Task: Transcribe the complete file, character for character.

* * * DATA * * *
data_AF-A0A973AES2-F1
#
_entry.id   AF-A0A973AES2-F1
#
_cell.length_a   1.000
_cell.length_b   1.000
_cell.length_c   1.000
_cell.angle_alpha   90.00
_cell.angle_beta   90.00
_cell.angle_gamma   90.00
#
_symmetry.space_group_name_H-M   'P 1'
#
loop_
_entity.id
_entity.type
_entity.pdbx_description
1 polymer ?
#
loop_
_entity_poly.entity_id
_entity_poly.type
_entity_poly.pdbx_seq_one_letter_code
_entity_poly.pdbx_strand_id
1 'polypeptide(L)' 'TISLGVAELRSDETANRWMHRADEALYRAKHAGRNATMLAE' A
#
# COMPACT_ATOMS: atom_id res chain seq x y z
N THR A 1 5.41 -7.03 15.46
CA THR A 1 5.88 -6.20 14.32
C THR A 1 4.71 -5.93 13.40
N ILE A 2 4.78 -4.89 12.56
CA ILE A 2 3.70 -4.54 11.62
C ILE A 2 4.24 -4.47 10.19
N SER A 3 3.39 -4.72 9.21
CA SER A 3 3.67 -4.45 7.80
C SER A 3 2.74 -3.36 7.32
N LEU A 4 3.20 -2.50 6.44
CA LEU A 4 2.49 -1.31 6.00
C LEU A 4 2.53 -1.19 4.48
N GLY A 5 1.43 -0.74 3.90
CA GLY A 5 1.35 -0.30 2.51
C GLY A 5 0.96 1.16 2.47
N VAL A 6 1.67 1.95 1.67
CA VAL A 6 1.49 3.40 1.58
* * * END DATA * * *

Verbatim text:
data_AF-A0A973AES2-F1
#
_entry.id   AF-A0A973AES2-F1
#
_cell.length_a   1.000
_cell.length_b   1.000
_cell.length_c   1.000
_cell.angle_alpha   90.00
_cell.angle_beta   90.00
_cell.angle_gamma   90.00
#
_symmetry.space_group_name_H-M   'P 1'
#
loop_
_entity.id
_entity.type
_entity.pdbx_description
1 polymer ?
#
loop_
_entity_poly.entity_id
_entity_poly.type
_entity_poly.pdbx_seq_one_letter_code
_entity_poly.pdbx_strand_id
1 'polypeptide(L)' 'TISLGVAELRSDETANRWMHRADEALYRAKHAGRNATMLAE' A
#
# COMPACT_ATOMS: atom_id res chain seq x y z
N THR A 1 5.41 -7.03 15.46
CA THR A 1 5.88 -6.20 14.32
C THR A 1 4.71 -5.93 13.40
N ILE A 2 4.78 -4.89 12.56
CA ILE A 2 3.70 -4.54 11.62
C ILE A 2 4.24 -4.47 10.19
N SER A 3 3.39 -4.72 9.21
CA SER A 3 3.67 -4.45 7.80
C SER A 3 2.74 -3.36 7.32
N LEU A 4 3.20 -2.50 6.44
CA LEU A 4 2.49 -1.31 6.00
C LEU A 4 2.53 -1.19 4.48
N GLY A 5 1.43 -0.74 3.90
CA GLY A 5 1.35 -0.30 2.51
C GLY A 5 0.96 1.16 2.47
N VAL A 6 1.67 1.95 1.67
CA VAL A 6 1.49 3.40 1.58